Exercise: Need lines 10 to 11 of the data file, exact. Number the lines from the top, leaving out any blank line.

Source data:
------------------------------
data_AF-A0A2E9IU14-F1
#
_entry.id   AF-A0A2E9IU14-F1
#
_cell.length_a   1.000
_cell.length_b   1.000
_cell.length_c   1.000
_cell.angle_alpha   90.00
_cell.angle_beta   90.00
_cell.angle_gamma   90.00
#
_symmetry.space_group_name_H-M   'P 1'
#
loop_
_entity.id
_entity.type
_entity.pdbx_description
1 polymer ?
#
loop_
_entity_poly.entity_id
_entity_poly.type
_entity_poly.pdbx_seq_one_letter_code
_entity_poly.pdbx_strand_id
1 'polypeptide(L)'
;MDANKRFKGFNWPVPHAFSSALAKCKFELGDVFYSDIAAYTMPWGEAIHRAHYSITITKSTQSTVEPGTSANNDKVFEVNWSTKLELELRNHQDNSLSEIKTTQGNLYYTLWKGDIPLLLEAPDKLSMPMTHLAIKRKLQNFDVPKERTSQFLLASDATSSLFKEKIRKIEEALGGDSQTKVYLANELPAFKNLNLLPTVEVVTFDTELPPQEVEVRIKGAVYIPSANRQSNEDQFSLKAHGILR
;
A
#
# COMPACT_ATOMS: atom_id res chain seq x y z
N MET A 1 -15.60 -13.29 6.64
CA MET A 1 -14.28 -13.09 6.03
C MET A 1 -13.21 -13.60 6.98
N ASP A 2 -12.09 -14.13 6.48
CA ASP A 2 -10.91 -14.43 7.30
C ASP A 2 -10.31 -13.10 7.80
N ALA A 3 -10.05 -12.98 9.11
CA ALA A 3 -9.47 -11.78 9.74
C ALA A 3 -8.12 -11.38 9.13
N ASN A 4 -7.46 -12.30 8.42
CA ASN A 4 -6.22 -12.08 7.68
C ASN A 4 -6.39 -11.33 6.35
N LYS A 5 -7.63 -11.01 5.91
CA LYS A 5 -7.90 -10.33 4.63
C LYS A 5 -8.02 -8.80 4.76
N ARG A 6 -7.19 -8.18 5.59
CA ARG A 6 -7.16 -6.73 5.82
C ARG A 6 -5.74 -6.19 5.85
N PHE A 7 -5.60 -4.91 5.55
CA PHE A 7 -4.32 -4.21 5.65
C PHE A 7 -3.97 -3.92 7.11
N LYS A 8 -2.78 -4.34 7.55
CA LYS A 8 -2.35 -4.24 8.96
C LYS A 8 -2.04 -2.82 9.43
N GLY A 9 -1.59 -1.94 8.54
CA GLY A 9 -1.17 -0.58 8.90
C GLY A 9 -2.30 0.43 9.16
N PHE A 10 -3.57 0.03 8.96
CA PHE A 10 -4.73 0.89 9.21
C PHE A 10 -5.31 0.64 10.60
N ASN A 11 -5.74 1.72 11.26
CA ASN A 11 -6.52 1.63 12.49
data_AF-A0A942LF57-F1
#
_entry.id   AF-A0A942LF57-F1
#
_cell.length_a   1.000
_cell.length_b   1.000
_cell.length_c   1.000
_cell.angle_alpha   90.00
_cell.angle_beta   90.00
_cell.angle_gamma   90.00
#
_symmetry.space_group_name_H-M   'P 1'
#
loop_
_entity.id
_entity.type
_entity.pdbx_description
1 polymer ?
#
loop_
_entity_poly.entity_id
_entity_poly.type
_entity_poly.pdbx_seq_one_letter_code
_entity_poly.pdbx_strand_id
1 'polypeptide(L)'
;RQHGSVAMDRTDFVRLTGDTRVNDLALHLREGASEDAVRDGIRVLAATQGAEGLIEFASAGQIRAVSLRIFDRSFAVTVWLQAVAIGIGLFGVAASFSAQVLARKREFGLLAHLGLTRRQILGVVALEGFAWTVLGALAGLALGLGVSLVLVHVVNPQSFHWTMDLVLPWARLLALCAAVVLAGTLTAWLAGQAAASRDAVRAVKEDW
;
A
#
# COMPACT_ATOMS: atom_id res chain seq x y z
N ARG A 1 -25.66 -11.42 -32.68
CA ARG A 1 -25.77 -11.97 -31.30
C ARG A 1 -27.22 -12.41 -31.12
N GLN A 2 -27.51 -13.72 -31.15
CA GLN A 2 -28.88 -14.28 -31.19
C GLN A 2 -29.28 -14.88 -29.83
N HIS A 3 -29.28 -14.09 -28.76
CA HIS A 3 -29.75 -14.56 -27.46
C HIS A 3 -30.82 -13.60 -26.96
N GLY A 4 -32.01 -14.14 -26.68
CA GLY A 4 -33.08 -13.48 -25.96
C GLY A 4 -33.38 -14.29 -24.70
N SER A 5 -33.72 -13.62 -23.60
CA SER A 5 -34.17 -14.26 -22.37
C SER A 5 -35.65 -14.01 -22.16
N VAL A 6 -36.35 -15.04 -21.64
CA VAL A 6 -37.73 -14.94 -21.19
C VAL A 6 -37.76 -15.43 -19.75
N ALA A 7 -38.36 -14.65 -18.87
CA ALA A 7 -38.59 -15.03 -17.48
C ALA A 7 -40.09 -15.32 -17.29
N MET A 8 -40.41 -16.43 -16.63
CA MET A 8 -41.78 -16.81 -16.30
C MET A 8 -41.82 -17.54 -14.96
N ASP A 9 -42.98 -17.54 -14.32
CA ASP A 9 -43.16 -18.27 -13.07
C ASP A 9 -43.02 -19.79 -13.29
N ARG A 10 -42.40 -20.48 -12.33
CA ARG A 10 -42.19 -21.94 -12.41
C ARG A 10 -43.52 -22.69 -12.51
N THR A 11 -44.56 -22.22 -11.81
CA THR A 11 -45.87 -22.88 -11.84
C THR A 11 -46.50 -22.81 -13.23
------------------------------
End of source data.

_cell.angle_gamma   90.00
#